Pregnant women with Covid 'seven times more likely to die'

Research shows expectant women also face greater chance of facing serious complications

The lead author of the study said: 'It’s really important that if you are pregnant ... to get vaccinated'. Getty Images
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Pregnant women with Covid are seven times more likely to die and face a substantially higher risk of suffering from serious complications, a large-scale global analysis has found.

Expectant mothers infected by Covid-19 are more than three times more likely to be admitted to intensive care and 15 times more likely to require a ventilator to help them breathe.

They face a 23 times higher risk of developing pneumonia and are five times more likely to suffer from blood clots.

The study also suggests having Covid during pregnancy also increases the risk that the baby will need to be admitted to intensive care.

Emily Smith, assistant professor of global health at the George Washington University Milken Institute School of Public Health and lead author of the study, said: “The implications here are that it’s really important that if you are pregnant, or you are thinking about becoming pregnant, to get vaccinated.

“This can really reduce the risk of having some of these bad outcomes for mum or for baby.”

The analysis was based on 12 studies involving more than 13,000 pregnant women in Ghana, China-Hong Kong, Italy, Kenya, Nigeria, South Africa, Spain, Sweden, the Democratic Republic of Congo, Turkey, Uganda and the US.

“Our new study is one of the biggest to look globally at people who are pregnant and compare them between people who had Covid and didn’t have Covid in pregnancy,” Ms Smith said.

“One of the strengths of this particular study is that we had data from all over the world.”

The research also included data from women in all three trimesters, proving that having Covid “at any time in pregnancy did bring this extra risk on to the mum and the baby”.

“We found that women who had Covid in pregnancy were at greater risk of ending up in the ICU or even dying, or having some pregnancy-related problems, like pre-eclampsia, as compared to their peers, who were pregnant at the same time but didn’t get Covid.

“So we also found out that mums who had Covid in pregnancy, their babies were more likely to be born too soon or preterm and the babies had an increased risk of ending up in the [neonatal] ICU.”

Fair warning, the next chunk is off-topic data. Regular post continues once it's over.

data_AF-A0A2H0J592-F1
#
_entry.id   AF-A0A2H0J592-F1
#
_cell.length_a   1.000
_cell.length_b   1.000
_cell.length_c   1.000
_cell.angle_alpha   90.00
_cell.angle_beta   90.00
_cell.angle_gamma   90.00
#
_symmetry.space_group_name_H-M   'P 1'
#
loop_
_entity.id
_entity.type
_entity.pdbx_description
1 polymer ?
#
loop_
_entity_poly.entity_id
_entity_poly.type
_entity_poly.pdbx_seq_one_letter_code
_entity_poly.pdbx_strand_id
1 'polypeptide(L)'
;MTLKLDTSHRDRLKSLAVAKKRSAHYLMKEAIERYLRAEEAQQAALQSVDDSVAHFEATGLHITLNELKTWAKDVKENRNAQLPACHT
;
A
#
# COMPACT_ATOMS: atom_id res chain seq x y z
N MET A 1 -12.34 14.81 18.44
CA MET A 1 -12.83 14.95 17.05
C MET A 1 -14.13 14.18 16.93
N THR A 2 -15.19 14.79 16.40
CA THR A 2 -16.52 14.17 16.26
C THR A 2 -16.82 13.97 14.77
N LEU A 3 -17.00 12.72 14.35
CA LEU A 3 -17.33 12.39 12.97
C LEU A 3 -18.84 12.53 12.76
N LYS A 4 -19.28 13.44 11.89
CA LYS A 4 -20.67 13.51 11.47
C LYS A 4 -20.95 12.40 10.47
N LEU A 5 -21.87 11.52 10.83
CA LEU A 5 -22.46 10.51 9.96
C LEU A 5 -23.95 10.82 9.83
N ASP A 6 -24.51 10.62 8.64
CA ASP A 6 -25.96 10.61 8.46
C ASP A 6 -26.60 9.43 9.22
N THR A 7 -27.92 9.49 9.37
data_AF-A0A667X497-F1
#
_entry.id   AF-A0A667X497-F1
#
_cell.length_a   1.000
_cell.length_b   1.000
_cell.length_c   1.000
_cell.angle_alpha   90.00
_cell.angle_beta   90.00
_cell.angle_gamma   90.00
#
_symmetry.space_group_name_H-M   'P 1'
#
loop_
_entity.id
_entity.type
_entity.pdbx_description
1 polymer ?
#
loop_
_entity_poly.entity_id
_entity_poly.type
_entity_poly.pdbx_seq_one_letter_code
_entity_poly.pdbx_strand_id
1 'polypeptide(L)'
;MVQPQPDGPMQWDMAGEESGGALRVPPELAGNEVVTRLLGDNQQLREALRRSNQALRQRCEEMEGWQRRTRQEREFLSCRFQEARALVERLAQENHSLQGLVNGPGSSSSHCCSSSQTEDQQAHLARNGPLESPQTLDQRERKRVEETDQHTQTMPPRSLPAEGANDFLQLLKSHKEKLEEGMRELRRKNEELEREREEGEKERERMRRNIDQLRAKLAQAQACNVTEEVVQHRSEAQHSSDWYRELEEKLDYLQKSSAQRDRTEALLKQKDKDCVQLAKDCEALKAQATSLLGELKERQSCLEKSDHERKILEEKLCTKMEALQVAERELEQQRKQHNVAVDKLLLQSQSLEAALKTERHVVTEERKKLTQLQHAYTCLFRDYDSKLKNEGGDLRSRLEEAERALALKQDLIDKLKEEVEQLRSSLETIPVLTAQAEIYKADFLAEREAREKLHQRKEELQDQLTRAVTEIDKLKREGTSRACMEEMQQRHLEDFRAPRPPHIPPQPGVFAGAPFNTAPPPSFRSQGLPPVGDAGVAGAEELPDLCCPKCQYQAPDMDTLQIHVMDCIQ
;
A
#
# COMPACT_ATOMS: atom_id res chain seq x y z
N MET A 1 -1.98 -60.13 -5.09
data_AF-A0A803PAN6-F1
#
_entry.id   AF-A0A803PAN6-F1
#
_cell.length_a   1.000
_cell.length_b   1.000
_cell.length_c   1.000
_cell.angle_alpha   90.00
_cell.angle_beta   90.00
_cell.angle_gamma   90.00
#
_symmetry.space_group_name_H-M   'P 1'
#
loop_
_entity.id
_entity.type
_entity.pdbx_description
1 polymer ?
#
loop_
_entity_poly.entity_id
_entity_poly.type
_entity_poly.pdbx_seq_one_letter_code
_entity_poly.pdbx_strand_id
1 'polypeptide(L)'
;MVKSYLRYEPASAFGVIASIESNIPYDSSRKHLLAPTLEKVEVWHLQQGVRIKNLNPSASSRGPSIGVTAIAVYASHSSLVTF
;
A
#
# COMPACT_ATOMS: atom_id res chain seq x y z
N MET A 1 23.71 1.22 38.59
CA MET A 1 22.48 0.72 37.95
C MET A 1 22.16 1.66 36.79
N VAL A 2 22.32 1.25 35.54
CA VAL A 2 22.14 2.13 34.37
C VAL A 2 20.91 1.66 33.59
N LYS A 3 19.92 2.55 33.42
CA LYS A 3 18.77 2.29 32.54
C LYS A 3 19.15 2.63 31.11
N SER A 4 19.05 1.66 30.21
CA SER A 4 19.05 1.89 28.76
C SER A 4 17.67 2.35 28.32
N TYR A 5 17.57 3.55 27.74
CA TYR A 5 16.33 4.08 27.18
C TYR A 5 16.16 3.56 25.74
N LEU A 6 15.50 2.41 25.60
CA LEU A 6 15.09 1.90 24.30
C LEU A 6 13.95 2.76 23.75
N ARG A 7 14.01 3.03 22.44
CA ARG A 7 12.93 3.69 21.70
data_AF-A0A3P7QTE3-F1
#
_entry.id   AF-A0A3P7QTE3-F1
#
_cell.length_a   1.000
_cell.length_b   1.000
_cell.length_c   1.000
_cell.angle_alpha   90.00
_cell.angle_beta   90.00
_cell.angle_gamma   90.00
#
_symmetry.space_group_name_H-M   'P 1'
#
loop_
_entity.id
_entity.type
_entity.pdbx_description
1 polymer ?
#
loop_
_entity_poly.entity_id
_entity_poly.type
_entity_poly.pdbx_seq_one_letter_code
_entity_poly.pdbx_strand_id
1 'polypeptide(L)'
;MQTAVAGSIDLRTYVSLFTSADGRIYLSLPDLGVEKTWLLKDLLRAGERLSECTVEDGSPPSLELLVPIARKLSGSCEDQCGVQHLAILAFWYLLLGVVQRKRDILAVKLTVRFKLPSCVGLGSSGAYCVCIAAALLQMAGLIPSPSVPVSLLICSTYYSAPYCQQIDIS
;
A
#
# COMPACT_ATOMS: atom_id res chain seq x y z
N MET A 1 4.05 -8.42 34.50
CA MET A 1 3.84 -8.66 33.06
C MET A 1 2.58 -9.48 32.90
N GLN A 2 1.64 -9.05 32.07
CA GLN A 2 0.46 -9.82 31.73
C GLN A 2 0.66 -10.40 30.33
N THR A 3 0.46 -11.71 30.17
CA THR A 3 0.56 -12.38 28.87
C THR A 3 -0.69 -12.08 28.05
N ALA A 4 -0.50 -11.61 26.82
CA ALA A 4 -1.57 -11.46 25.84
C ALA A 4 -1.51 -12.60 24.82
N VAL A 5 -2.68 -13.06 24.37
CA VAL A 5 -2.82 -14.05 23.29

Babies born to women who were infected with Covid were almost twice as likely to be admitted to an NICU after birth. They were also at higher risk of being born prematurely.

A pregnant woman is inoculated with Pfizer-BioNTech's Covid vaccine in Medellin, Colombia. AFP

Pre-term babies are at high risk of having lifelong health problems including delays in early childhood cognitive development, Ms Smith said.

Despite the serious health risks, more than 80 countries still do not recommend that all pregnant and lactating women get the Covid vaccine, said the assistant professor.

While it was hard to put together the evidence in the past, she said this meta-analysis provided public health officials and the public with clear, consistent and compelling findings.

Studies have repeatedly found Covid vaccines are safe in pregnancy.

A study published in The Lancet Infectious Diseases journal in August last year also found lower rates of health events after vaccination than similarly aged, non-pregnant vaccinated people.

The study was one of the first to look at vaccine side effects in a group of vaccinated pregnant women, as well as unvaccinated pregnant women and a group of vaccinated non-pregnant people to enable comparisons between the three.

In total, 2.1 per cent of unvaccinated pregnant women and 1.5 per cent of vaccinated pregnant women experienced a miscarriage or stillbirth within seven days after a dose one of any mRNA vaccine.

An earlier study from Israel found that pregnant women who were vaccinated against Covid-19 could pass on protection to their babies.

Antibodies were detected in all 20 women who were administered both doses of the Pfizer-BioNTech vaccine during their third trimester of pregnancy and, through placental transfer, in their newborn babies, the research carried out in February 2021 indicated.

Updated: January 16, 2023, 11:31 PM
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